The 5 Ballsiest Cheaters in Team-Sports History

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Bill BelichickPhoto: Elsa/Getty Images

For the second time in a decade, Bill Belichick’s New England Patriots have been caught up in a high-profile cheating scandal. This time, they’re accused of deflating the balls they used on offense during Sunday’s AFC Championship Game in order to make them easier to throw and catch. But where does the combination of Sunday’s incident and 2007’s Spygate rank the Pats among other teams that famously bent or broke the rules to win? Here, the five ballsiest cheaters in team-sports history.

5. 2001 Rolando Paulino All-Stars
Bronx pitching phenom Danny Almonte appeared to be one of the most dominant hurlers in Little League World Series history, throwing a perfect game during round-robin play and striking out 62 of the 72 batters he faced in the tournament en route to a third-place finish. But a Sports Illustrated investigation uncovered the secret to his success: He was 14 years old, not 12, as his falsified Dominican birth certificate said he was.

4. The Bill Belichick–era New England Patriots
The NFL is still investigating what exactly the Patriots did on Sunday, when 11 of the 12 balls that had been reviewed by officials earlier in the day were later found to be underinflated, thus making them easier to throw and catch in rainy weather. (Belichick said today that he was "shocked" to hear reports aboout underinflated balls and denied any knowledge of the situation.) And while they may not be the first to doctor footballs to suit their quarterback’s preferences, the Pats aren’t likely to be cut any slack by their fans, considering the team is also responsible for the Spygate scandal, in which they secretly videotaped an opposing coach’s defensive signals.

3. 1951 New York Giants
The team responsible for one of the greatest moments in sports history was also responsible for one of the most elaborate cheating schemes. Sign-stealing has a long history in baseball, but the Giants weren’t just using base runners to signal what the pitcher was about to throw. Using a telescope in the team’s centerfield clubhouse, someone would relay the upcoming pitch to the bullpen using a buzzer system, at which point someone else would give a sign to the hitter to tell him what to expect. Bobby Thomson, however, forever maintained that he didn’t know what pitch was coming when he hit his famous “Shot Heard Round the World.”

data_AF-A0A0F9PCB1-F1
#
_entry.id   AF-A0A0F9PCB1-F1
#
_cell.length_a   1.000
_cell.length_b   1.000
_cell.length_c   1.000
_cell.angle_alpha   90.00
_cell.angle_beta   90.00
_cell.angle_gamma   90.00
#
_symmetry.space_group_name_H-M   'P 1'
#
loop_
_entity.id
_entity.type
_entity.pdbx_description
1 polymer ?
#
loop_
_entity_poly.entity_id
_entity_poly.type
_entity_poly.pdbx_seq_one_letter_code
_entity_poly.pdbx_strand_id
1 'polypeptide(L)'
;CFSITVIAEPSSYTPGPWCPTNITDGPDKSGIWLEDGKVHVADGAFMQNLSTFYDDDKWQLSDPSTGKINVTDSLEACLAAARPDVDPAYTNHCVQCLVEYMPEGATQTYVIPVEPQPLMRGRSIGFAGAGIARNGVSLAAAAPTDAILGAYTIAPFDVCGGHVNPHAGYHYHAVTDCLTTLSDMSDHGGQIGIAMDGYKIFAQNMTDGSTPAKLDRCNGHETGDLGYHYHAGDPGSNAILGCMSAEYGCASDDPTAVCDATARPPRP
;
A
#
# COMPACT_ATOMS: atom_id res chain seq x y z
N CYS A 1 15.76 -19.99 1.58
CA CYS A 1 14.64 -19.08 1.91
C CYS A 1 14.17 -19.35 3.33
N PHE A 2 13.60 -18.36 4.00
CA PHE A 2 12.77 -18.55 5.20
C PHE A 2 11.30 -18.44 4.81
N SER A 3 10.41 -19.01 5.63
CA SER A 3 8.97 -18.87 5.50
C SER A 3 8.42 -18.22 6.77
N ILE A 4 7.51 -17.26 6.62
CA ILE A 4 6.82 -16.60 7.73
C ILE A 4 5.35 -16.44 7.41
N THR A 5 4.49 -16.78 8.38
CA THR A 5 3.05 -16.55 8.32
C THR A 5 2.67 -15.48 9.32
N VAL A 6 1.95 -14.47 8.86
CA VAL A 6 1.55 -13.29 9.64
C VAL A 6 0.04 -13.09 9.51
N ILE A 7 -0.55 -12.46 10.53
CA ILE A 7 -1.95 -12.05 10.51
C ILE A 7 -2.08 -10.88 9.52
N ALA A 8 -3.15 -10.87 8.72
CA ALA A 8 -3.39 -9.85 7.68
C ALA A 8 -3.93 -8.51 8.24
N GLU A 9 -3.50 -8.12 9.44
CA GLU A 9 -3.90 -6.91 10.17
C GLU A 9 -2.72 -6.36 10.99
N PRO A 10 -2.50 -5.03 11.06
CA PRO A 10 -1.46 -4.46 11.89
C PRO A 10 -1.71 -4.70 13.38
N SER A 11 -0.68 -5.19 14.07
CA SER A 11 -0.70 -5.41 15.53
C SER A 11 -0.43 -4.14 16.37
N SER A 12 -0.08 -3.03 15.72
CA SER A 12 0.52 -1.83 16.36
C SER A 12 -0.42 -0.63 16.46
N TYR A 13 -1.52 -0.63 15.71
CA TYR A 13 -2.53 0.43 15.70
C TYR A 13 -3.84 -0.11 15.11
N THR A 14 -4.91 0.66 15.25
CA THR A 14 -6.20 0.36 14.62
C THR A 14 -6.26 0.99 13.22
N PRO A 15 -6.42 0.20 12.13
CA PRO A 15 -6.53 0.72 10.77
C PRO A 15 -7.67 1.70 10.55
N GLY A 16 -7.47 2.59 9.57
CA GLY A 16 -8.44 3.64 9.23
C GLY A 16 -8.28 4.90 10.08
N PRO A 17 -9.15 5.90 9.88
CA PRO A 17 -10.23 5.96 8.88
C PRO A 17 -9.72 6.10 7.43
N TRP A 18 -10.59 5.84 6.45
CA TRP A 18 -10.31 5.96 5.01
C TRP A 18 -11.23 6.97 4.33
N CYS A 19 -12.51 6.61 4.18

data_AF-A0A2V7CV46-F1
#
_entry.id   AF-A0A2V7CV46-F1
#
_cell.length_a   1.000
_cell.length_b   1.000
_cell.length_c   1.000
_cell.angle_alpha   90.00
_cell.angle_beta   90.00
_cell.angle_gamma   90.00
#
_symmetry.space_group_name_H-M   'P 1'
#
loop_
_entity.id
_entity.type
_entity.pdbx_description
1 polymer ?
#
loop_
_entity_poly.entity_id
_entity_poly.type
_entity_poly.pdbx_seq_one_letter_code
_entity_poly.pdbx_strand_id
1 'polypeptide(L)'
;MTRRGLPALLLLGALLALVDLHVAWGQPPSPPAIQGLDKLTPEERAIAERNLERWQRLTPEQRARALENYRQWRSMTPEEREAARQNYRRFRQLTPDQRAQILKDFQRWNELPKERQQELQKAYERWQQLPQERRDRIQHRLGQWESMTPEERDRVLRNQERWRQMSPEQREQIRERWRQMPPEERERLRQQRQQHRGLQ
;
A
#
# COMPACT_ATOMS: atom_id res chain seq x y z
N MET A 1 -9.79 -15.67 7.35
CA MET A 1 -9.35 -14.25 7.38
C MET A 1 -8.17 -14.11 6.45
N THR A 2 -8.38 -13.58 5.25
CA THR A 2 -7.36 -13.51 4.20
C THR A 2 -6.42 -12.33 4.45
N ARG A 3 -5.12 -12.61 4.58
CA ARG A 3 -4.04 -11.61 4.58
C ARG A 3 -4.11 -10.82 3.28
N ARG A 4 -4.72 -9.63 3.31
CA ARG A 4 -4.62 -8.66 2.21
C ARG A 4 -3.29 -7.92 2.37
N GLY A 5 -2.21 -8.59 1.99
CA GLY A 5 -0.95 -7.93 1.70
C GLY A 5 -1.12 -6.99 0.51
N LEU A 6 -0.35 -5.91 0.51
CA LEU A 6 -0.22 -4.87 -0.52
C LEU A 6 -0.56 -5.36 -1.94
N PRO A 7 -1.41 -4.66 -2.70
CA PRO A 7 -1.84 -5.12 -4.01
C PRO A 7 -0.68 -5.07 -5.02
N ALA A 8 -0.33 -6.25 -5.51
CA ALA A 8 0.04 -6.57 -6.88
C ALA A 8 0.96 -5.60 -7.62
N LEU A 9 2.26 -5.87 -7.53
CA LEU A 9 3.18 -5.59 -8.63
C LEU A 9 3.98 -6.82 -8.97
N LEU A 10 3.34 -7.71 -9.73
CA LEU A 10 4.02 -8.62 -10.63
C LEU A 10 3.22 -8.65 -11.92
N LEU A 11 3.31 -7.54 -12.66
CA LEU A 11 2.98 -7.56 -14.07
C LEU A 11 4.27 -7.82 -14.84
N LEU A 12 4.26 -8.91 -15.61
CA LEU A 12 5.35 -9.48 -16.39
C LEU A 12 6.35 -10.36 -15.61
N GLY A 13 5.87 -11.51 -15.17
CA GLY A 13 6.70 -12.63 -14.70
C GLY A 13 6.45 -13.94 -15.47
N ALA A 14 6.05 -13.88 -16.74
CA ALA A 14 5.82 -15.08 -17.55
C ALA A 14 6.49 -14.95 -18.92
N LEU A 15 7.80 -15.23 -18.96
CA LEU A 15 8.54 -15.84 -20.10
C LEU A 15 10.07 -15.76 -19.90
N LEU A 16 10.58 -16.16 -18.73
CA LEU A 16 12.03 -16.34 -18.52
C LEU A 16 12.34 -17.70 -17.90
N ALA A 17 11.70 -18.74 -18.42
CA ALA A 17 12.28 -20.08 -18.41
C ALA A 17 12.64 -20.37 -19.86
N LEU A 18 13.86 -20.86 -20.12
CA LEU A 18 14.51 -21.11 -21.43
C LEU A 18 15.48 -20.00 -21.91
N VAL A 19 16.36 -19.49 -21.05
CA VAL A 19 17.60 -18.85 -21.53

2. East German Olympic Teams
The last two decades of Major League Baseball have seen countless players use performance-enhancing drugs in an attempt to gain an edge. And sometimes, doping isn’t limited to individual players acting on their own: The U.S. Postal Service pro cycling team ran a sophisticated program in the 1990s and 2000s. But nothing compares to the widespread, systematic doping program that existed for decades on the East German Olympic teams. Athletes were given powerful anabolic steroids, sometimes without their knowledge and after being told by team officials they were vitamins. The secret doping program led to incredible success during competition, particularly during the 1976 and 1980 Summer Games, but also to serious health issues down the line for more than 800 athletes.

1. 2000 Spanish Paralympic Basketball Team
Spain won gold in the intellectual disability tournament at the 2000 Paralympic Games, but later that year, one of the team members admitted that he and many of his teammates had no mental handicap. Ten of the team’s 12 members posed as disabled by using fake medical certificates, and the player who came forward said the only test he was asked to complete at his first training session was six press-ups. The team was ordered to return its gold medals, and the head of the Spanish Federation for Mentally Handicapped Sports was later found guilty of fraud by a Madrid court.